Commander of US Air Combat Command Gen. Mike Hostage underlined in an interview that the new focus of the American military on the Asia-Pacific region will require a different mix of aircraft, raising fears that unlike Afghanistan and Pakistan, where US assassination drones operated without worry of being shot down, some nations in the pacific are well capable of challenging US war planes, whether manned or unmanned.
Although the US commander did not elaborate about any specific or potential threat, a number of America’s spy drones, including the most sophisticated RQ-170 model, have been captured by Iran in past months while violating the country’s air-space.
Gen. Hostage further expressed concerns about the US military’s ability to continue maintaining the current number of American drones conducting surveillance and terror missions overseas, saying that senior Pentagon officials are analyzing, and for the first time considering slashing, “the massive buildup of drones” over the past years in a bid to save money and adapt to changing security threats.
The report further cites US Air Force Deputy Chief of Staff for Intelligence Lt. Gen. Larry James as saying that a key part the decision to scale back the drone production will involve reconsiderations on what types of drones and other aircraft will the Pentagon need as it switches focus on the Pacific.
According to the report, the growing US concentration on Asia-Pacific reflects an intensifying “strategic concern” over China's emergence as a major military power, amid persisting disputes over Taiwan and contested islands in the south and east China seas.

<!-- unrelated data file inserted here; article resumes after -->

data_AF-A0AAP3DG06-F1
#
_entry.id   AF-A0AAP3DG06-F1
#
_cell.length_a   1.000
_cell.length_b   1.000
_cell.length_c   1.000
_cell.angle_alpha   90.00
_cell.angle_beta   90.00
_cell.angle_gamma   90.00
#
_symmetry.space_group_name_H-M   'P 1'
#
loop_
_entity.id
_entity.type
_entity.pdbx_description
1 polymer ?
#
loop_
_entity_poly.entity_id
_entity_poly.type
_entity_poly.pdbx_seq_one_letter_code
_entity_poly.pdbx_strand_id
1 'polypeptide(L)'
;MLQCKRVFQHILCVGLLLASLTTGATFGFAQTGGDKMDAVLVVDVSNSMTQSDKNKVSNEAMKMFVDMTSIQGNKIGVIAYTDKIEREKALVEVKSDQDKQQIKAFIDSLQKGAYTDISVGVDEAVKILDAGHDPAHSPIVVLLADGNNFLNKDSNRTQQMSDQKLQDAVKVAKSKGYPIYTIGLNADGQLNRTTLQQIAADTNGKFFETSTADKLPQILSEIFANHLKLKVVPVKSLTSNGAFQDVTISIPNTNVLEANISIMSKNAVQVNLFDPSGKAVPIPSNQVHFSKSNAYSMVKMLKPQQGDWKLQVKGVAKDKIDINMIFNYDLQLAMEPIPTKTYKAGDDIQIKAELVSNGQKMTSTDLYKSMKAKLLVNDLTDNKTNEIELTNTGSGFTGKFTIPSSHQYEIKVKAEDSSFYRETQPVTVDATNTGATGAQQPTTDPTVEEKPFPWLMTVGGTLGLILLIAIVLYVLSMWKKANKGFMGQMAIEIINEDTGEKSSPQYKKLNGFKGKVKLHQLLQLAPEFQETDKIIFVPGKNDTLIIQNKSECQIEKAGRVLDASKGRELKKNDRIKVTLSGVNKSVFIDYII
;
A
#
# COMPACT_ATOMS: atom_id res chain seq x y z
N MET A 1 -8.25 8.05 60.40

This is while Pentagon’s overall spending on drones has surged from USD284 million in the year 2000 to nearly USD4 billion in the past fiscal year, while the number of drones owned by the Pentagon has soared “from less than 200 in 2002 to at least 7,500 now,” the report adds.
The CIA, however, maintains its own fleet of assassination and spying drones, which it uses to conduct what it claims as “counterterror missions,” and any decision by the US military to halt the drone buildup would likely have no impact on the spy agency’s drone operations.
There has been a major surge in US assassination drone strikes in Muslim countries in Asia and North Africa since Barack Obama assumed US presidency in 2009. The attacks have reportedly caused thousands of civilian casualties, prompting popular outrage in targeted nations.
The US military plans development of newer drones and other aircraft intended to deal with its ‘changing security threats’ and greater focus on Asia as its troop drawdown from Afghanistan gets underway.
Pentagon’s new focus on Asia would demand “a new mix of drones and other aircraft” since nations in the region are better capable of detecting and shooting down American assassination and spying drones, AP reports Tuesday citing senior US military commanders. The plan, however, will not affect CIA’s terror drone strikes in Pakistan, Yemen and elsewhere.